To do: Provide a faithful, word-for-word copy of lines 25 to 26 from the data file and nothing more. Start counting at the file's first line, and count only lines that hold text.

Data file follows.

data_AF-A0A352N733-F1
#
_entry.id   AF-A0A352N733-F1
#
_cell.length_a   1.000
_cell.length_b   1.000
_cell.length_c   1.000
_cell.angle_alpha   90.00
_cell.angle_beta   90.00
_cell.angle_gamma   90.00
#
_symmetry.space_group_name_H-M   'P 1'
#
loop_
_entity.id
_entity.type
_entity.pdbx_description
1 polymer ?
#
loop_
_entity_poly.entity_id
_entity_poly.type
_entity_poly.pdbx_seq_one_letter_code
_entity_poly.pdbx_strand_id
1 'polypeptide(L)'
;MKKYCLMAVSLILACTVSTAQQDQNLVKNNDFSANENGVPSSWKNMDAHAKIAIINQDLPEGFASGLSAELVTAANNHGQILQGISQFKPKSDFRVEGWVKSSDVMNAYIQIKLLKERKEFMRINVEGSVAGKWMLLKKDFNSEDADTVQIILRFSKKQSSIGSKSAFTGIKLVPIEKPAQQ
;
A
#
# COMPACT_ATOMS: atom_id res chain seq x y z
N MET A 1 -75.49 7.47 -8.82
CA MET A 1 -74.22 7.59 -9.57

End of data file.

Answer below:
1 'polypeptide(L)'
;MKKYCLMAVSLILACTVSTAQQDQNLVKNNDFSANENGVPSSWKNMDAHAKIAIINQDLPEGFASGLSAELVTAANNHGQILQGISQFKPKSDFRVEGWVKSSDVMNAYIQIKLLKERKEFMRINVEGSVAGKWMLLKKDFNSEDADTVQIILRFSKKQSSIGSKSAFTGIKLVPIEKPAQQ